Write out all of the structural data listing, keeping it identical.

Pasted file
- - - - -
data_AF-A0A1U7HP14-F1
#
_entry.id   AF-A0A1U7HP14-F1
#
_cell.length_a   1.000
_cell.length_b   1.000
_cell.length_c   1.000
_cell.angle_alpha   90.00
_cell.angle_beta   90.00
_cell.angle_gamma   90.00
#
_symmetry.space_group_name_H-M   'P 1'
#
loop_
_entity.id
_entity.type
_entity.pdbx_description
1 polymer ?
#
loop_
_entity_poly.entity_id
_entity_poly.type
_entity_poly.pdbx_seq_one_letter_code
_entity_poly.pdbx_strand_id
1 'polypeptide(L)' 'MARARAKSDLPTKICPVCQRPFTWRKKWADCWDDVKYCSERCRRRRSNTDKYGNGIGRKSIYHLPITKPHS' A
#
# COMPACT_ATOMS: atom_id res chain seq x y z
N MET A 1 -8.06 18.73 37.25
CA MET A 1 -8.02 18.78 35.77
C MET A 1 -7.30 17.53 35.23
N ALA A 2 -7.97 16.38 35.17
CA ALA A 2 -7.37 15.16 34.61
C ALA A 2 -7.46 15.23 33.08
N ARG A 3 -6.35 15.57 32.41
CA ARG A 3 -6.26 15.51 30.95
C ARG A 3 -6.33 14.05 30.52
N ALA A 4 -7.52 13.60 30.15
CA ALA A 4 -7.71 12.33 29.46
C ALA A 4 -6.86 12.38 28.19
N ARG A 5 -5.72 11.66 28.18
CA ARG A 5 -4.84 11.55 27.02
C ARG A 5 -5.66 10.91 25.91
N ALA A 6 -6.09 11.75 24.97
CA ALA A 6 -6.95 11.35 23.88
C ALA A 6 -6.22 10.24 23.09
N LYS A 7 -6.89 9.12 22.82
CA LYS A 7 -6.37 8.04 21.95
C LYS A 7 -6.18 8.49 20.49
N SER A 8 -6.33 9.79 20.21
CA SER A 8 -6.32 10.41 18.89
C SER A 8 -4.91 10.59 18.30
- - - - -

data_AF-A0A1U7HP14-F1
#
_entry.id   AF-A0A1U7HP14-F1
#
_cell.length_a   1.000
_cell.length_b   1.000
_cell.length_c   1.000
_cell.angle_alpha   90.00
_cell.angle_beta   90.00
_cell.angle_gamma   90.00
#
_symmetry.space_group_name_H-M   'P 1'
#
loop_
_entity.id
_entity.type
_entity.pdbx_description
1 polymer ?
#
loop_
_entity_poly.entity_id
_entity_poly.type
_entity_poly.pdbx_seq_one_letter_code
_entity_poly.pdbx_strand_id
1 'polypeptide(L)' 'MARARAKSDLPTKICPVCQRPFTWRKKWADCWDDVKYCSERCRRRRSNTDKYGNGIGRKSIYHLPITKPHS' A
#
# COMPACT_ATOMS: atom_id res chain seq x y z
N MET A 1 -8.06 18.73 37.25
CA MET A 1 -8.02 18.78 35.77
C MET A 1 -7.30 17.53 35.23
N ALA A 2 -7.97 16.38 35.17
CA ALA A 2 -7.37 15.16 34.61
C ALA A 2 -7.46 15.23 33.08
N ARG A 3 -6.35 15.57 32.41
CA ARG A 3 -6.26 15.51 30.95
C ARG A 3 -6.33 14.05 30.52
N ALA A 4 -7.52 13.60 30.15
CA ALA A 4 -7.71 12.33 29.46
C ALA A 4 -6.86 12.38 28.19
N ARG A 5 -5.72 11.66 28.18
CA ARG A 5 -4.84 11.55 27.02
C ARG A 5 -5.66 10.91 25.91
N ALA A 6 -6.09 11.75 24.97
CA ALA A 6 -6.95 11.35 23.88
C ALA A 6 -6.22 10.24 23.09
N LYS A 7 -6.89 9.12 22.82
CA LYS A 7 -6.37 8.04 21.95
C LYS A 7 -6.18 8.49 20.49
N SER A 8 -6.33 9.79 20.21
CA SER A 8 -6.32 10.41 18.89
C SER A 8 -4.91 10.59 18.30